Tele Taking Off

Ceci ConnollyIn Washington, sometimes the most significant developments quietly creep up on you. No epic debate or triumphant bill-signing ceremony, but rather a collection of seemingly small events begin to tip the scales.

That’s what is happening today with telehealth. Almost under the radar, federal and state officials have been giving a much-needed push in support of virtual care. Though the technology has long existed, until recently the money had not followed. And sadly in our current fee-for-service healthcare system, little gets done without a payment code, even if it makes eminent medical and economic sense.

Consider some of the recent action. In November, the Department of Agriculture released more than $8.5 million in health-related grants to 31 recipients in rural communities. Many are using the money to purchase telehealth equipment such as high-quality cameras and broadband Internet.

The previous month the federal government issued rules expanding Medicare payment for a range of telehealth services. Caregivers can earn about $42 per month for chronic care management under the new regulations. Seven new procedure codes were also added, covering such services as annual wellness visits and psychotherapy.

And the end-of-year spending bill approved by Congress designates more than $26 million for telemedicine programs largely in rural communities and through the Veteran’s Administration.

Legislation filed in the new Congress would continue the trend loosening anti-kickback restrictions for the purchase of telemedicine equipment and requirements that physicians receive a separate license to practice in each state (a major barrier for doctors aiming to deliver virtual care to patients across the nation.)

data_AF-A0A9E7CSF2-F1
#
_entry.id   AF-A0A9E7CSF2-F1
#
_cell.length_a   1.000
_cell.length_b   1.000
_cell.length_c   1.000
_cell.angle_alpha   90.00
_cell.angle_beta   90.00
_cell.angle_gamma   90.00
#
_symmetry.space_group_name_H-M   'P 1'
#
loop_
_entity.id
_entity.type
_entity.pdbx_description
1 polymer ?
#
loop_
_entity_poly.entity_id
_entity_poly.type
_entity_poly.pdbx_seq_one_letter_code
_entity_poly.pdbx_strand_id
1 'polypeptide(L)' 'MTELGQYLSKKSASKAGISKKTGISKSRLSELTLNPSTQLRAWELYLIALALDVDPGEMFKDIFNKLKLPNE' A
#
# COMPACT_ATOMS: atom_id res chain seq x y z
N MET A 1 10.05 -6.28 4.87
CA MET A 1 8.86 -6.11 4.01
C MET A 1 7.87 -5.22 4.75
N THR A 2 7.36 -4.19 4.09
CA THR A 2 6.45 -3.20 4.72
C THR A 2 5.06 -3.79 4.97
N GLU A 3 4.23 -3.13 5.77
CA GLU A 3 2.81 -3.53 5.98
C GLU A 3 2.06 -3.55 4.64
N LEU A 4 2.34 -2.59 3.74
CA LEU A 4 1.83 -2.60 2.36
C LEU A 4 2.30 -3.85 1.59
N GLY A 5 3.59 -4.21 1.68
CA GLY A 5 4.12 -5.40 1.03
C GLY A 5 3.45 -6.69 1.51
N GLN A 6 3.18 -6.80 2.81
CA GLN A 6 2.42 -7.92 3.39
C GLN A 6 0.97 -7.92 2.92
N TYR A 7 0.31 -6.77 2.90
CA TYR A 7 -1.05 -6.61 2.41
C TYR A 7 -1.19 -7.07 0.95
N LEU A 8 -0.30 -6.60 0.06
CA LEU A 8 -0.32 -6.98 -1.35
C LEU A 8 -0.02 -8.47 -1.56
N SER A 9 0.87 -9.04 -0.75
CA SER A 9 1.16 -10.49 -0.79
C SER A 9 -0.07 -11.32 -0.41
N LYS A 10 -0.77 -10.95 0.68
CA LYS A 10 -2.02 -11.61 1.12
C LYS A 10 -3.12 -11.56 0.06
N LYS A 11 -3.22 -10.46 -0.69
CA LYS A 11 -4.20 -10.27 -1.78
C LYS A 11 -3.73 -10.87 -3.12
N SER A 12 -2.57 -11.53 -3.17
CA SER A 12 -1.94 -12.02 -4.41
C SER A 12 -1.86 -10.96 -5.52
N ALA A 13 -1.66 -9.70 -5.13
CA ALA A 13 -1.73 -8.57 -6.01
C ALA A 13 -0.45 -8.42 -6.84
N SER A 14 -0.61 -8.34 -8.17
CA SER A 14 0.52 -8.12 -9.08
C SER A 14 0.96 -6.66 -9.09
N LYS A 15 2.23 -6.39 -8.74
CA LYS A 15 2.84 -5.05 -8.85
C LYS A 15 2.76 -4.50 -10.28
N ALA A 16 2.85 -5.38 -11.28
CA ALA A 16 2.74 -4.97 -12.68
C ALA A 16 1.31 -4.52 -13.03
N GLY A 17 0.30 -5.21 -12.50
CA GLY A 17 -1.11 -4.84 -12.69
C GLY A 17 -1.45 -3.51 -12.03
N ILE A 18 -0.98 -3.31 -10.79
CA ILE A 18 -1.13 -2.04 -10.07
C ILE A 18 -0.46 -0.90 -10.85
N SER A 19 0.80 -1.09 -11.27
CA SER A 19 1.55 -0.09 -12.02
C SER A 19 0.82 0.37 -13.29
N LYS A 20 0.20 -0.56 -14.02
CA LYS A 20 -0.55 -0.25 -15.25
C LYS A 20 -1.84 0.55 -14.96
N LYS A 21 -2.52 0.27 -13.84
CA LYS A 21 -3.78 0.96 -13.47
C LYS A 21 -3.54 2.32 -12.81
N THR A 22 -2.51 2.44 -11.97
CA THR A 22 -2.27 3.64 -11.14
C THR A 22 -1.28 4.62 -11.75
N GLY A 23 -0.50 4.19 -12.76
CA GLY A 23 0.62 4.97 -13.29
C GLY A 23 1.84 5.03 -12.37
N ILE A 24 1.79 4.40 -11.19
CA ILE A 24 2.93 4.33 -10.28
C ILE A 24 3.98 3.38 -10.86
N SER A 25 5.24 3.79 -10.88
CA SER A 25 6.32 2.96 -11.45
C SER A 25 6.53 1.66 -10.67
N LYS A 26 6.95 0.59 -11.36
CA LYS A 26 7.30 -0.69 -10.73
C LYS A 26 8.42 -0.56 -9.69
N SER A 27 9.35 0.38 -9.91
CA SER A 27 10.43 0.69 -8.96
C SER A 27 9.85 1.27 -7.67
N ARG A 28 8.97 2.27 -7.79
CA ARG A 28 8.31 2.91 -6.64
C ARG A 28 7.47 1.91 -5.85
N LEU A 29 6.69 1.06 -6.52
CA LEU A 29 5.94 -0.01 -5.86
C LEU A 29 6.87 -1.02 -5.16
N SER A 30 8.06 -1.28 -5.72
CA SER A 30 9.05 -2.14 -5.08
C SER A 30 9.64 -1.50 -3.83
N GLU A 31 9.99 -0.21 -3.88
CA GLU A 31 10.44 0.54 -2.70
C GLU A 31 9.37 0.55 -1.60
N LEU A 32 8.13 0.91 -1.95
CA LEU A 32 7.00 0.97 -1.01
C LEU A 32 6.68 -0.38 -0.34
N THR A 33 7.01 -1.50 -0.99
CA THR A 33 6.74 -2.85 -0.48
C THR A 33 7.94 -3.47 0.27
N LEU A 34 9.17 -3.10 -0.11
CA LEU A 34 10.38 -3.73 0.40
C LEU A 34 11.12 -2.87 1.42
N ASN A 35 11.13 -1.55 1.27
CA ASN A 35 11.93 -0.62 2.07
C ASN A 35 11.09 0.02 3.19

Consumers can’t wait. Nearly 40% of 1,000 adults nationwide surveyed by PwC’s Health Research Institute say they would be willing to have an appointment with a physician via smartphone, representing a potential $42.1 billion market. Significant percentages of American consumers indicate they are eager for virtual care alternatives such as a device that attaches to a mobile phone, snaps an image of an ear canal or rash and transmits it to a physician for an instant reading.

States too are prodding healthcare providers to embrace the new technology. More than 40 states plus the District of Columbia, always on the lookout for savings in the Medicaid program, allow telehealth services for beneficiaries. About 20 states also require private insurers to cover some remote care.

That shouldn’t pose a problem. Most are already experimenting with e-visits, often through partnerships with new entrants skilled in the tech side of the equation. Virtually every large insurer has at least one partnership with a telehealth business. For big box retailers and national pharmacy chains, remote consults offer the chance to expand their suite of health services and continue to compete on cost. Many visits are priced under $50, compared to about $150 for office visits.

One large health system is counting on patients to use a few simple devices such as a thermometer, stethoscope or otoscope to transmit data to doctors at another location. Others rely on the mobile phone to collect information and communicate with clinicians.

Work done by our Health Research Institute suggests that patients known as “dual eligibles” because they qualify for both Medicare and Medicaid, are very receptive to the prospect of lower-cost, more convenient care that doesn’t require a trip to the doctor’s office – often between 9 am and 5 pm.

New possibilities emerge every day. California lawmakers have paved the way for teledentistry. The Doctor on Demand app, backed by more than 1,400 physicians, is expanding into mental health with the help of television’s Dr. Phil. Online consultations with psychologists start at $50 for a 25-minute session.

Market analysts and investors are bullish on the prospect of marrying medical care and technology, suggesting a bright future for this burgeoning industry. Privacy and security remain areas of concern, as well as interoperability challenges.

As Americans live longer and millions of more qualify for insurance coverage, many experts fear the prospect of physician shortages. Telehealth offers the prospect of relief. And as money flows differently in the New Health Economy, the tide on telehealth is finally shifting.